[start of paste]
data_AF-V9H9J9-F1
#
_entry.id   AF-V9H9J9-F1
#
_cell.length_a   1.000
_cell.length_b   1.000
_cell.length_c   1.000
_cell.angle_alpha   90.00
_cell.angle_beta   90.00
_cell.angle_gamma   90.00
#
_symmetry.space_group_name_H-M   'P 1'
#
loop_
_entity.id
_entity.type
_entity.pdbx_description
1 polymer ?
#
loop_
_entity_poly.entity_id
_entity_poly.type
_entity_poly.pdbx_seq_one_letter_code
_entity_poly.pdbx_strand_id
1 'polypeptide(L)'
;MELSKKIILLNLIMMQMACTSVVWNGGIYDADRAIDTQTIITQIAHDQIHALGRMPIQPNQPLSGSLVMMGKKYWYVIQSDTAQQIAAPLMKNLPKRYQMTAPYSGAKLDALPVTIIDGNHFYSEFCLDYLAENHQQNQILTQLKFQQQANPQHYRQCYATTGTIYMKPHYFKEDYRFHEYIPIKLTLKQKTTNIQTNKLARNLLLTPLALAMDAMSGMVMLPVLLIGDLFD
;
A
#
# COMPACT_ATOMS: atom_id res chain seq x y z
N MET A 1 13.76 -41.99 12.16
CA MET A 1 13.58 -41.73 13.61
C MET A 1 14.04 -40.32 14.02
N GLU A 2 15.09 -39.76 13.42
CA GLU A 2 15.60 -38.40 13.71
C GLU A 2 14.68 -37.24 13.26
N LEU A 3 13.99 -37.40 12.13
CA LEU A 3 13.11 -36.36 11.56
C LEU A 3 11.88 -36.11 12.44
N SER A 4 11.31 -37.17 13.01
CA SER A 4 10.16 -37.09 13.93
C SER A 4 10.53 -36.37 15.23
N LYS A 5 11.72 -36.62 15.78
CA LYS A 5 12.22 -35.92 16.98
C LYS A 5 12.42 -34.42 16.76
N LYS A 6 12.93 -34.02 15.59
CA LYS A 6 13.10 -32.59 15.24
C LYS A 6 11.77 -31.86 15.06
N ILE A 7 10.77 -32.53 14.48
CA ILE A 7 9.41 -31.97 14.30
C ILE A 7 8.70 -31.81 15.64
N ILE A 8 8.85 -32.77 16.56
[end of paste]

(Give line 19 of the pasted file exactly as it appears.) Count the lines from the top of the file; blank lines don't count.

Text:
#